“I like to think of it as a centre of excellence. There are many journalists and broadcasters who have cut their teeth in the north for the ABC and have gone on to all sorts of careers – foreign correspondents, leading broadcasters, key technicians – right around the ABC network.”
Communities in North Australia rely heavily on ABC content through
105.7 ABC Darwin and 783 ABC Alice Springs, news, current affairs, sport and entertainment – as well as its emergency broadcasts during times of flood, fire and cyclone.
The close connections forged by this relationship put the ABC in a position to uncover local stories that appeal around Australia.
The upcoming documentary feature In a League of their Own, which follows the first Indigenous football team to join the NT Football League in their first season, is just one example.
Filmed by Steve McGregor, who worked most recently as Indigenous acting coordinator on Baz Luhrmann’s new movie Australia, the documentary chronicles the first season of the Tiwi Bombers as they move from being the new kids on the footy block to passionate participants in the nail-biting finals.
Mark, the Executive Producer of the feature, said he was keen to capture the importance of football in North Australia, particularly in remote communities.
“In a place like the Tiwi Islands and in many remote Indigenous communities, it is not a cliché or stretching the truth to say that boys grow up bouncing plastic water bottles along the street like footballs until they get a real football in their hands. They end up with incredible skills.
“On the other hand, the situation they are living in, in some cases can only be described as third world. For instance, living in the Tiwi Islands community is in many ways precarious, with the highest youth suicide rate in the country and is struggling to find male role models.”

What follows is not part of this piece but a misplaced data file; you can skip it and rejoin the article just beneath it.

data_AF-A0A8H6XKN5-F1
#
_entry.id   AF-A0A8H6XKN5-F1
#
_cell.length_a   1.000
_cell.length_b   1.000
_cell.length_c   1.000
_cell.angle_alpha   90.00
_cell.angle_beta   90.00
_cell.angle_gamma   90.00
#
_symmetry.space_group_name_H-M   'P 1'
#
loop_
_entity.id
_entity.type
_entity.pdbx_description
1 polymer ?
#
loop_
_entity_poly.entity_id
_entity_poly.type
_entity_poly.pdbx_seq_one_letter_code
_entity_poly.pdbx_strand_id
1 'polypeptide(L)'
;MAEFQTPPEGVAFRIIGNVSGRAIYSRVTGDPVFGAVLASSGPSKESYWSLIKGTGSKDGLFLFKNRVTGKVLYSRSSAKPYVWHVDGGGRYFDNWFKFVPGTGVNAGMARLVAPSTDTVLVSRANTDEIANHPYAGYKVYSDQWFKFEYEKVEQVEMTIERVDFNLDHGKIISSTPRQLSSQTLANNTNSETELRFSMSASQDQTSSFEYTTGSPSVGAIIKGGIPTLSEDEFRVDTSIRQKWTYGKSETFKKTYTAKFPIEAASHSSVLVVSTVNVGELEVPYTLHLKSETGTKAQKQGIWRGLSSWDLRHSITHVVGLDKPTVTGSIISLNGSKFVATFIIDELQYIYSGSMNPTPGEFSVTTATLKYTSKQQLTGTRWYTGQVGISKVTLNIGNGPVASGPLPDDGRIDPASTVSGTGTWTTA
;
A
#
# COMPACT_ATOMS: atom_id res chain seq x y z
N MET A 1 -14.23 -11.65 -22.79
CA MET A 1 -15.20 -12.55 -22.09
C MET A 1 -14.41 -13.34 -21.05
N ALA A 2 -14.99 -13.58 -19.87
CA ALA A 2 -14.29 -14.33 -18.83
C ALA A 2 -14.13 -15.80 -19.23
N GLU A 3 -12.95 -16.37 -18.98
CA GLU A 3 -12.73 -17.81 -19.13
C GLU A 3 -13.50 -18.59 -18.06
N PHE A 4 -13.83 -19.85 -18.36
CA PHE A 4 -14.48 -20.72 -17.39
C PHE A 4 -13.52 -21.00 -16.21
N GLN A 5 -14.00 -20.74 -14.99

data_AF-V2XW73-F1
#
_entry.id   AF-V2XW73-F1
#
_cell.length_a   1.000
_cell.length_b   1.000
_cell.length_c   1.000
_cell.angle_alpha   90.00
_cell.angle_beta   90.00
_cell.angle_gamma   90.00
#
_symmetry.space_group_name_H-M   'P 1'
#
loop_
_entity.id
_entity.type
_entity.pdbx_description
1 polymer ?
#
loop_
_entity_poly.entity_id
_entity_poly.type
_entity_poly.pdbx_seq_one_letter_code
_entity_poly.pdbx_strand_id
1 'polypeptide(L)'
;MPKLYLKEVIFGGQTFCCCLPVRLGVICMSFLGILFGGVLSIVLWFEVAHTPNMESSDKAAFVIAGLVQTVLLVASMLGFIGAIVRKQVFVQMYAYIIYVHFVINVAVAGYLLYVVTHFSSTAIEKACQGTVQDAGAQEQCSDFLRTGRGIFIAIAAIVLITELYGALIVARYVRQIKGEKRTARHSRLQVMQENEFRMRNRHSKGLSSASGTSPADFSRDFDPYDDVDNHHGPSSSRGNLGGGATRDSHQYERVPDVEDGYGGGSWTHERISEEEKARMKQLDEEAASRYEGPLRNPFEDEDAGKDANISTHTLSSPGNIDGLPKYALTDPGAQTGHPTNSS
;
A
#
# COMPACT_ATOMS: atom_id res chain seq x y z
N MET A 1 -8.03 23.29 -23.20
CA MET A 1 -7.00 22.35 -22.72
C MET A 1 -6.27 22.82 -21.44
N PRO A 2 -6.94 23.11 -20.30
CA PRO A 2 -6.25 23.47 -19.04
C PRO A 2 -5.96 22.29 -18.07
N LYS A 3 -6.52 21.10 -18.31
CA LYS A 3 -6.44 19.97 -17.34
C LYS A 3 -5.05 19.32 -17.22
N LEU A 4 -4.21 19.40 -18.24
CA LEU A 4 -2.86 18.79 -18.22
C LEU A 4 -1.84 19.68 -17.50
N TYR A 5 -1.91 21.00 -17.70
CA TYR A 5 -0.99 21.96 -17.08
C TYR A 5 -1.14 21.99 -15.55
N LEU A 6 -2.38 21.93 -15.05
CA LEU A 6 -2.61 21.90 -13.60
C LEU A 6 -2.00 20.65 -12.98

These harsh realities, set against the backdrop of the Northern Territory Federal Intervention, combine with the rollercoaster ride of the team’s football season to make compelling drama.
At the start of the season the Tiwi Bombers create their own code of conduct and commit to stick to it. It means no ‘ganja’ (cannabis) and reduced alcohol consumption – no drinking before games, a celebratory drink afterwards, but tapering down as the week wound toward the next match.
The documentary explores how the players handle this challenge, as well as the many other logistical barriers the Tiwi Bombers face in their first season.
Team members fly from all over the Tiwi Islands, or drive over rough dirt roads to Nguiu on Bathurst Island just to train, while game day involves flights to and from Darwin for all players.
“We film all these challenges. It becomes a journey of the season, a journey of week to week and then it is a journey of a new club,” Mark said.
In a League of their Own will be screened on ABC1 and there are already plans for an accompanying DVD, which will include footy tips and health and lifestyle advice from the players, to be distributed among Aboriginal communities.